Imagine, you’re walking through the grocery store and your 3 year old sees the latest Paw Patrol toy. They insist that they need to buy it. You tell them no, cue the tears. They scream, they cry, and everyone looks at you. As you hurry through the store to finish, you think “there has to be a better way.”
Or you’re in Claire’s wit your 6 year old, and a cute unicorn stuffy has caught her eye. She pleads with you to buy it, because she just “has to have it”. You firmly say no, she starts to cry and you rush out of the store. Again you’re thinking “there has to be a better way”.
There is a better way! The way we word our sentences mean everything to our children. When we tell them “no” it can have a negative affect, hence why they often cry.
They don’t like being told no. And you know what? I don’t blame them! I don’t like being told no either!
“No” shuts down our ideas, requests, or dreams. It’s as if you are riding a bike and slam into a curb; you stop, you fall, you cry. It can make us feel undervalued, not appreciated, or unloved despite the others best intentions.
Don’t get me wrong, there are times our children need to hear “no” when it involves their safety. But when we have 20 minutes in the store to get in and get out, using “no” can slow us down.
“Not today, another day…” is something we use in our house since Em was little. And it has saved us on so many tantrums in the store!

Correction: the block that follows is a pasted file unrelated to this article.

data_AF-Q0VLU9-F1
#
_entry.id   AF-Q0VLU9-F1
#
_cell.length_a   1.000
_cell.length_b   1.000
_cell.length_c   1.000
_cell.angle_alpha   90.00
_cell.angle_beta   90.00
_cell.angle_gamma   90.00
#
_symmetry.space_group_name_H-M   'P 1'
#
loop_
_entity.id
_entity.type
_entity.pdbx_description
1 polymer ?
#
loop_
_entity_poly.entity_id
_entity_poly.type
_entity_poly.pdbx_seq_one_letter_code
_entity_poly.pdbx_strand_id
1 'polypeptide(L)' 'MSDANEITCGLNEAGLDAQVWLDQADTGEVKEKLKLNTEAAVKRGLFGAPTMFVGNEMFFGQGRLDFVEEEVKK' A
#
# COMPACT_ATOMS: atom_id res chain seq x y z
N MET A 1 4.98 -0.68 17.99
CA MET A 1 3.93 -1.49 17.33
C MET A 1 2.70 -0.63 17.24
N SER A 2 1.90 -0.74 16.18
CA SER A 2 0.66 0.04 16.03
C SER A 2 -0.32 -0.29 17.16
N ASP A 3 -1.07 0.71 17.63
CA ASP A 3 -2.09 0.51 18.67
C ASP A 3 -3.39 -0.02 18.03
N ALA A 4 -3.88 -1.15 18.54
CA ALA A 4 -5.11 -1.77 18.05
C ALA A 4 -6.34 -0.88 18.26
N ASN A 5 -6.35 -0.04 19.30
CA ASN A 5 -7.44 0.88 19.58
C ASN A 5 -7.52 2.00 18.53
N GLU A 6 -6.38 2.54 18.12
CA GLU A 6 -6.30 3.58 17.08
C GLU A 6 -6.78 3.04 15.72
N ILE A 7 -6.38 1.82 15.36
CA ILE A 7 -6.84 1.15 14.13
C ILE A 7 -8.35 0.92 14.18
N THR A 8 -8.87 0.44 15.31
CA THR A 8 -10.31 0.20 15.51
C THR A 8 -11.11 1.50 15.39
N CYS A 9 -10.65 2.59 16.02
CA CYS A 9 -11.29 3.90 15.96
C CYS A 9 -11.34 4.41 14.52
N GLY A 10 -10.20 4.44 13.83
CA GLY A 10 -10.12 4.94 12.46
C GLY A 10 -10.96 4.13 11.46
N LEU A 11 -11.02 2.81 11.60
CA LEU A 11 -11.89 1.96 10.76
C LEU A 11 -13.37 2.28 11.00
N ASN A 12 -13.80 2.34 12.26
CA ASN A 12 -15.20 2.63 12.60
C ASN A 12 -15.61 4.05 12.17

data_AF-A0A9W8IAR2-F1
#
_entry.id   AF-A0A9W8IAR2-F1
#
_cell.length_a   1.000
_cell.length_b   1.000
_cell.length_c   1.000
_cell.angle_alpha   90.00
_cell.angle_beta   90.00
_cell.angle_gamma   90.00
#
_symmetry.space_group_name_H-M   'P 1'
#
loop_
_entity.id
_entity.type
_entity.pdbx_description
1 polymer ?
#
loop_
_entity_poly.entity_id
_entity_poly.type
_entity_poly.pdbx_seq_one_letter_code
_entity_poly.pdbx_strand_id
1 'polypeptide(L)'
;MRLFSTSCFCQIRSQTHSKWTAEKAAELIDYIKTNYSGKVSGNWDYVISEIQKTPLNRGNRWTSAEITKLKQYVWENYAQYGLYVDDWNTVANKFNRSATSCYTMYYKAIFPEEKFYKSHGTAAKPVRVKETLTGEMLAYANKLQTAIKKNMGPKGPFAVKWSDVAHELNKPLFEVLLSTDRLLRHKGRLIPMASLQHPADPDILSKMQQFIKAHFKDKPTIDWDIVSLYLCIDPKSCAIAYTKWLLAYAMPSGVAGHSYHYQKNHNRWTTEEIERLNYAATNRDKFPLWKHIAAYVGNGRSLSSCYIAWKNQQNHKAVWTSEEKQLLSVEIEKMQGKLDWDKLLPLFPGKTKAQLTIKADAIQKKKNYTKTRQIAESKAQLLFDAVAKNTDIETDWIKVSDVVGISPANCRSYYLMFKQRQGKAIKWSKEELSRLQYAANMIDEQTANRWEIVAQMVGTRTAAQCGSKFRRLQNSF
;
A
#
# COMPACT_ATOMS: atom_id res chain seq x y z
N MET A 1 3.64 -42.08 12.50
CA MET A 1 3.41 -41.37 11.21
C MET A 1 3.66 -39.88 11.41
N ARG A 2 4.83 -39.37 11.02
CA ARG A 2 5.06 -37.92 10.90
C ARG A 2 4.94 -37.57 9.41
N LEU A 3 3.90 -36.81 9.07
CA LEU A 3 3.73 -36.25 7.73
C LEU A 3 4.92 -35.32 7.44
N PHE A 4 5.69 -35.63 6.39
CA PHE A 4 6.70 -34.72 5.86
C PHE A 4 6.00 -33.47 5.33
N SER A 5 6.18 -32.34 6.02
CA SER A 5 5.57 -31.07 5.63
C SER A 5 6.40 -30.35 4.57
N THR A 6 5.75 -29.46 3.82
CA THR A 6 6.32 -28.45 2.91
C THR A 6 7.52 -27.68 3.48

“Mommy’s not buying the Paw Patrol toy today, another day!” “You have so many unicorn stuffies at home, another day we will buy one.”
Sounds a lot nicer then “no” right?
Why does it work?
Children are impulsive; they see it, they want it, they cry when it doesn’t happen.
When we use the phrase “not today, another day” it gives them something to look forward to. It helps them feel like they’re desires are valued no matter how ridiculous they may seem.
The beauty of “not today, another day” is that small children have short memories! They’re not going to remember tomorrow that you told them another day you would go buy ice cream bars. They’ll just wake up and continue with their day and have an impulse for something new. I mean, we should fulfill their requests from time to time to help them continue to feel valued, but the timing is at our own discretion.
Saving you from buying unnecessary junk food, toys, and knick knacks that they often forget with minutes of being home! Oh, and store tantrums.